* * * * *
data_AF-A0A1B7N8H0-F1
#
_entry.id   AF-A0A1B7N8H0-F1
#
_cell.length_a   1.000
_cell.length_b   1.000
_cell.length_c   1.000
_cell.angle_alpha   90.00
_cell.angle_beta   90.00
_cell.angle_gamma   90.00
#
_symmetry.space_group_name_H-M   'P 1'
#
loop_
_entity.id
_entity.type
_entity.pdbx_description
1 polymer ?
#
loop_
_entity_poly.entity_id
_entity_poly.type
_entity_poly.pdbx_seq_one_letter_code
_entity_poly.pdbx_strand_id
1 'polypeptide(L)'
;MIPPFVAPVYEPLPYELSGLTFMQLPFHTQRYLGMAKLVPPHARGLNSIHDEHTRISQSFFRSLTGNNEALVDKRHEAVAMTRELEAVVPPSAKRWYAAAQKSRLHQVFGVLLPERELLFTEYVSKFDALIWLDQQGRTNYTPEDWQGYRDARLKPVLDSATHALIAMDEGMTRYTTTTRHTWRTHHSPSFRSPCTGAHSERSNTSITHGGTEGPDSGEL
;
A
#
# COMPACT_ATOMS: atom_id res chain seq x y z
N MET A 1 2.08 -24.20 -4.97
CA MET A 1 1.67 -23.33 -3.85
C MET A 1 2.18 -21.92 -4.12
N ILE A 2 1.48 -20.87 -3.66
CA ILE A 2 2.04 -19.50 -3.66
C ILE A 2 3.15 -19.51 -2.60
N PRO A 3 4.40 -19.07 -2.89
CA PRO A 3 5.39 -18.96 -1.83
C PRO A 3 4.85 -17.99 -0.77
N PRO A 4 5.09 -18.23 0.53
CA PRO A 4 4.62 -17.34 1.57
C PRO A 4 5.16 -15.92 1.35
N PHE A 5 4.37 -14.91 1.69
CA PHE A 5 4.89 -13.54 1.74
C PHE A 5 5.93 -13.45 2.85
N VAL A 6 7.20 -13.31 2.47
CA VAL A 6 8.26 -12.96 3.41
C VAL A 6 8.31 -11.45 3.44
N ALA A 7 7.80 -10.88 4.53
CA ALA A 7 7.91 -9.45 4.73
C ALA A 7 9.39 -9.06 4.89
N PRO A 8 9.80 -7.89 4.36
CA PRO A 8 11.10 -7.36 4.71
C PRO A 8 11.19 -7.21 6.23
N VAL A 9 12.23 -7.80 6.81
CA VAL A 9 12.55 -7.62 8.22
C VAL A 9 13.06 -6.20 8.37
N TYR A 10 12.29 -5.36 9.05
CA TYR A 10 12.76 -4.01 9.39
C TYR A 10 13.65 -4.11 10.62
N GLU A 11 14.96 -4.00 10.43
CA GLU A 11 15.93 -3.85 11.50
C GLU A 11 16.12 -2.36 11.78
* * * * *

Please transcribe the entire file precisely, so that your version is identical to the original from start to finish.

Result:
data_AF-A0A1B7N8H0-F1
#
_entry.id   AF-A0A1B7N8H0-F1
#
_cell.length_a   1.000
_cell.length_b   1.000
_cell.length_c   1.000
_cell.angle_alpha   90.00
_cell.angle_beta   90.00
_cell.angle_gamma   90.00
#
_symmetry.space_group_name_H-M   'P 1'
#
loop_
_entity.id
_entity.type
_entity.pdbx_description
1 polymer ?
#
loop_
_entity_poly.entity_id
_entity_poly.type
_entity_poly.pdbx_seq_one_letter_code
_entity_poly.pdbx_strand_id
1 'polypeptide(L)'
;MIPPFVAPVYEPLPYELSGLTFMQLPFHTQRYLGMAKLVPPHARGLNSIHDEHTRISQSFFRSLTGNNEALVDKRHEAVAMTRELEAVVPPSAKRWYAAAQKSRLHQVFGVLLPERELLFTEYVSKFDALIWLDQQGRTNYTPEDWQGYRDARLKPVLDSATHALIAMDEGMTRYTTTTRHTWRTHHSPSFRSPCTGAHSERSNTSITHGGTEGPDSGEL
;
A
#
# COMPACT_ATOMS: atom_id res chain seq x y z
N MET A 1 2.08 -24.20 -4.97
CA MET A 1 1.67 -23.33 -3.85
C MET A 1 2.18 -21.92 -4.12
N ILE A 2 1.48 -20.87 -3.66
CA ILE A 2 2.04 -19.50 -3.66
C ILE A 2 3.15 -19.51 -2.60
N PRO A 3 4.40 -19.07 -2.89
CA PRO A 3 5.39 -18.96 -1.83
C PRO A 3 4.85 -17.99 -0.77
N PRO A 4 5.09 -18.23 0.53
CA PRO A 4 4.62 -17.34 1.57
C PRO A 4 5.16 -15.92 1.35
N PHE A 5 4.37 -14.91 1.69
CA PHE A 5 4.89 -13.54 1.74
C PHE A 5 5.93 -13.45 2.85
N VAL A 6 7.20 -13.31 2.47
CA VAL A 6 8.26 -12.96 3.41
C VAL A 6 8.31 -11.45 3.44
N ALA A 7 7.80 -10.88 4.53
CA ALA A 7 7.91 -9.45 4.73
C ALA A 7 9.39 -9.06 4.89
N PRO A 8 9.80 -7.89 4.36
CA PRO A 8 11.10 -7.36 4.71
C PRO A 8 11.19 -7.21 6.23
N VAL A 9 12.23 -7.80 6.81
CA VAL A 9 12.55 -7.62 8.22
C VAL A 9 13.06 -6.20 8.37
N TYR A 10 12.29 -5.36 9.05
CA TYR A 10 12.76 -4.01 9.39
C TYR A 10 13.65 -4.11 10.62
N GLU A 11 14.96 -4.00 10.43
CA GLU A 11 15.93 -3.85 11.50
C GLU A 11 16.12 -2.36 11.78